Panorama Project’s analysis of book trends on anti-racist titles consisted of the following BISAC categories: Social Science/Ethnic Studies/American/African AmericanStudies, Social Science/Race & Ethnic Relations, Social Science/Discrimination, Biography & Autobirgraphy/Cultural, Ethnic & Regional/African American & Black, and Political Science/Civil Rights. A customized version of Panorama Picks was generated for this project using aggregated, anonymized U.S. public library ebook demand data provided by OverDrive, looking at the previously listed BISAC codes curated by the Post, across 8 ABA regions including Hawaii, examining 15 titles per region published at any time and available in print to libraries and booksellers—trade or self-published, and filtered to exclude the top 10 most in-demand titles in the U.S. The analysis measures public library activity from March 1 – April 21, 2020, encompassing the days right before the video of Ahmed Arbery’s murder went viral through Juneteenth weekend which is when the majority of “anti-racist” book lists were published and widely shared. In regions where Why Are All the Black Kids Sitting Together in the Cafeteria? appeared twice due to multiple editions, it appears at its highest ranking, and an additional title was moved up.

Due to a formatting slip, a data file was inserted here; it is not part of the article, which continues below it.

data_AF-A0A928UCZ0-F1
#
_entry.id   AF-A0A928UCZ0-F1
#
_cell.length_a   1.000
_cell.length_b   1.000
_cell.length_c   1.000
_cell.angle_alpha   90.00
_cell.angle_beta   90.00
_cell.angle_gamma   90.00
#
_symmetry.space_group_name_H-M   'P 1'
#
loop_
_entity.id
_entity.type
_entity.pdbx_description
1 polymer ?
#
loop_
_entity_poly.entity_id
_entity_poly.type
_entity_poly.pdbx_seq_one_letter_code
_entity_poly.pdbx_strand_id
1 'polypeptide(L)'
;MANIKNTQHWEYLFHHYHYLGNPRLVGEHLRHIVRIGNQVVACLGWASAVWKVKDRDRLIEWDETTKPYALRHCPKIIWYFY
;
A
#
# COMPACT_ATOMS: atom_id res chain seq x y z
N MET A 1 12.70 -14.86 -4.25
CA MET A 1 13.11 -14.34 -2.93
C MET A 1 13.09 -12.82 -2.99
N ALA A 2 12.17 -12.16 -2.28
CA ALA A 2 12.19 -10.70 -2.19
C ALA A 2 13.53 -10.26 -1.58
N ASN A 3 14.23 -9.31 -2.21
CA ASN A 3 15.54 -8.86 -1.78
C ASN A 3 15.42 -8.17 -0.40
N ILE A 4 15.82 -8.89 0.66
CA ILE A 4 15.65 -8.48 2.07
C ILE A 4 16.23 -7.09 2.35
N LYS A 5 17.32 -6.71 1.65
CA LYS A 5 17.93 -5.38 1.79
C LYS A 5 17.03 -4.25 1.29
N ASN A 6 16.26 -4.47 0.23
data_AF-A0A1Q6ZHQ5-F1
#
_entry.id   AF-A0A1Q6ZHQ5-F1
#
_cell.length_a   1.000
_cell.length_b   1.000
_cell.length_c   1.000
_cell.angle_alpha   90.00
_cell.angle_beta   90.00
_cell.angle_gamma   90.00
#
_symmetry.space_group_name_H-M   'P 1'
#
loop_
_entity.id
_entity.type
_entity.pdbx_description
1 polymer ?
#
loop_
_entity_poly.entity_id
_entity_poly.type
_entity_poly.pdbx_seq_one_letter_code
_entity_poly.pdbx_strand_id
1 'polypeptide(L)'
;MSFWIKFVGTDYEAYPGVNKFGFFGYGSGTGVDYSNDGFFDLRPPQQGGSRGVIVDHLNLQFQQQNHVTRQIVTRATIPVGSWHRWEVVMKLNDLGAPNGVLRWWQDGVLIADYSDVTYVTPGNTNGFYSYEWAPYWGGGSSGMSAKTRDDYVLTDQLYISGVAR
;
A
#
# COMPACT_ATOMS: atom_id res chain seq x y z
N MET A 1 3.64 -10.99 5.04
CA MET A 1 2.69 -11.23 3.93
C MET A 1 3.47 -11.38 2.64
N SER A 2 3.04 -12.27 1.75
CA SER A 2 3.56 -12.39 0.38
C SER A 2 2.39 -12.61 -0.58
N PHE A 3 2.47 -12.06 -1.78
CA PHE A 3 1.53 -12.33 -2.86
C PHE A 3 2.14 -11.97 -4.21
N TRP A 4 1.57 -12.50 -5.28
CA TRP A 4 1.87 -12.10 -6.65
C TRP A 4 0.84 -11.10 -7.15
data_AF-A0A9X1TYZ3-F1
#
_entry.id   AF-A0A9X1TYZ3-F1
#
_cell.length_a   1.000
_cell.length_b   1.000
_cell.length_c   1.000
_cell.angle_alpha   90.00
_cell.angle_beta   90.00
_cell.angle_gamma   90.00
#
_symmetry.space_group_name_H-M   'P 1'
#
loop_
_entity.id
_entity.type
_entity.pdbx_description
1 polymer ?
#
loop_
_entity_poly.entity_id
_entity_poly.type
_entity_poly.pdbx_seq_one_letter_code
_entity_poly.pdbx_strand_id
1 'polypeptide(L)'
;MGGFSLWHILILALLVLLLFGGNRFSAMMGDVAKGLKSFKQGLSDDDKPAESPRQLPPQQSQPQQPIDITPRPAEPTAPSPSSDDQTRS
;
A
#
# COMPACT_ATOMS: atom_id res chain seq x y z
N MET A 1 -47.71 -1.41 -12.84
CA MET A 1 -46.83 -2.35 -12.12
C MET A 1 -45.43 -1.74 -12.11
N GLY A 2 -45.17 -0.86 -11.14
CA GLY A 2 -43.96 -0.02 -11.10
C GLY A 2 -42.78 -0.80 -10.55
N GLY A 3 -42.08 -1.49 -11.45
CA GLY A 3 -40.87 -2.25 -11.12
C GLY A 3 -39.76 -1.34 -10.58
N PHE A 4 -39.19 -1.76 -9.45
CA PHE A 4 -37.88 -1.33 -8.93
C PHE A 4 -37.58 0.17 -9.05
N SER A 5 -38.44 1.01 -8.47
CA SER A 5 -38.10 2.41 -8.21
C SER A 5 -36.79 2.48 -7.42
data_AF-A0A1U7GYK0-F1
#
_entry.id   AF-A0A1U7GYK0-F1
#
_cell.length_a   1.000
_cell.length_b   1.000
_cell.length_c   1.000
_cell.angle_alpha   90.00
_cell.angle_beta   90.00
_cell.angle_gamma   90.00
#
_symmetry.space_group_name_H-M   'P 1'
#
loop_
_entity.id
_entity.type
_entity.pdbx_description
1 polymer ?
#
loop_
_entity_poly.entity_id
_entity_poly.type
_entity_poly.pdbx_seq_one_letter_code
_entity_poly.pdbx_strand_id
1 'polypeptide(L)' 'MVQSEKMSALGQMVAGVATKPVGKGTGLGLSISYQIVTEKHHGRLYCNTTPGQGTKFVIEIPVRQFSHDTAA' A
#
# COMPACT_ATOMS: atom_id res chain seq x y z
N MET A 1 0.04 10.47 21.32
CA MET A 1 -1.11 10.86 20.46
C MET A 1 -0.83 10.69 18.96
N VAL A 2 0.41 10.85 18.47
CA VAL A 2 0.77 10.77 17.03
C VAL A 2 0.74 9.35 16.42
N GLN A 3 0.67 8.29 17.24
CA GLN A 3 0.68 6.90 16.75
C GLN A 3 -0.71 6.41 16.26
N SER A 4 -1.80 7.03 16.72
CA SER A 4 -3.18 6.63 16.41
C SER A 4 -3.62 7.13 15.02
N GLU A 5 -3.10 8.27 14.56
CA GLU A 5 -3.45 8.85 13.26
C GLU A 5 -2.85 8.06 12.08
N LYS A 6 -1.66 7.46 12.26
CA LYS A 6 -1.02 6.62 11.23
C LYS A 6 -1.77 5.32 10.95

Headshot of Brittany Renee Mayes

Brittany Renee MayesBrittany Renee Mayes joined The Washington Post as a graphics reporter in June 2018. She previously worked at NPR on the visuals team as a news applications developer. Follow

Headshot of Lauren Tierney

Lauren TierneyLauren Tierney is a Graphics Reporter and cartographer at The Washington Post. Before joining the Post in 2017, she was a Graphics Editor at National Geographic Magazine. Follow

Headshot of Dan Keating

Dan KeatingDan Keating analyzes data for projects, stories, graphics and interactive online presentations. Follow